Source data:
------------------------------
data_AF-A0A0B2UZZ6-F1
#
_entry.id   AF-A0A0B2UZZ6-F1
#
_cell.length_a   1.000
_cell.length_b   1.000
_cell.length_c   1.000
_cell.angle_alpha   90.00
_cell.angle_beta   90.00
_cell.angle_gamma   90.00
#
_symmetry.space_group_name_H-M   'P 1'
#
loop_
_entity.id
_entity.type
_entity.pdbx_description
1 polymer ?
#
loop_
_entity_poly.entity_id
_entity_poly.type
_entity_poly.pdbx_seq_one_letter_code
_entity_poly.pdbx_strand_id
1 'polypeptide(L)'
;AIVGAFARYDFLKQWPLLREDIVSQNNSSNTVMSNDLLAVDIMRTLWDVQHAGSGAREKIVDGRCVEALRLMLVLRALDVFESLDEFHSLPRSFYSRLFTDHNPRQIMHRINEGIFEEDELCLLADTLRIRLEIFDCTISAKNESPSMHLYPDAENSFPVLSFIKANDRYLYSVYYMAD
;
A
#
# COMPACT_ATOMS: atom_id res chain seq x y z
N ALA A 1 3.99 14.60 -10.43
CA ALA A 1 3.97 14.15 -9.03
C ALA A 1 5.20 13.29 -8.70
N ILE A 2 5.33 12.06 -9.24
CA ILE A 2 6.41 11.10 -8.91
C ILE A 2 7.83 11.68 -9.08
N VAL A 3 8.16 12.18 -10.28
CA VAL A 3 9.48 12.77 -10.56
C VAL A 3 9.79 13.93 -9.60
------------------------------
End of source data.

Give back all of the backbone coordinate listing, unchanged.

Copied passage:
data_AF-A0A0B2UZZ6-F1
#
_entry.id   AF-A0A0B2UZZ6-F1
#
_cell.length_a   1.000
_cell.length_b   1.000
_cell.length_c   1.000
_cell.angle_alpha   90.00
_cell.angle_beta   90.00
_cell.angle_gamma   90.00
#
_symmetry.space_group_name_H-M   'P 1'
#
loop_
_entity.id
_entity.type
_entity.pdbx_description
1 polymer ?
#
loop_
_entity_poly.entity_id
_entity_poly.type
_entity_poly.pdbx_seq_one_letter_code
_entity_poly.pdbx_strand_id
1 'polypeptide(L)'
;AIVGAFARYDFLKQWPLLREDIVSQNNSSNTVMSNDLLAVDIMRTLWDVQHAGSGAREKIVDGRCVEALRLMLVLRALDVFESLDEFHSLPRSFYSRLFTDHNPRQIMHRINEGIFEEDELCLLADTLRIRLEIFDCTISAKNESPSMHLYPDAENSFPVLSFIKANDRYLYSVYYMAD
;
A
#
# COMPACT_ATOMS: atom_id res chain seq x y z
N ALA A 1 3.99 14.60 -10.43
CA ALA A 1 3.97 14.15 -9.03
C ALA A 1 5.20 13.29 -8.70
N ILE A 2 5.33 12.06 -9.24
CA ILE A 2 6.41 11.10 -8.91
C ILE A 2 7.83 11.68 -9.08
N VAL A 3 8.16 12.18 -10.28
CA VAL A 3 9.48 12.77 -10.56
C VAL A 3 9.79 13.93 -9.60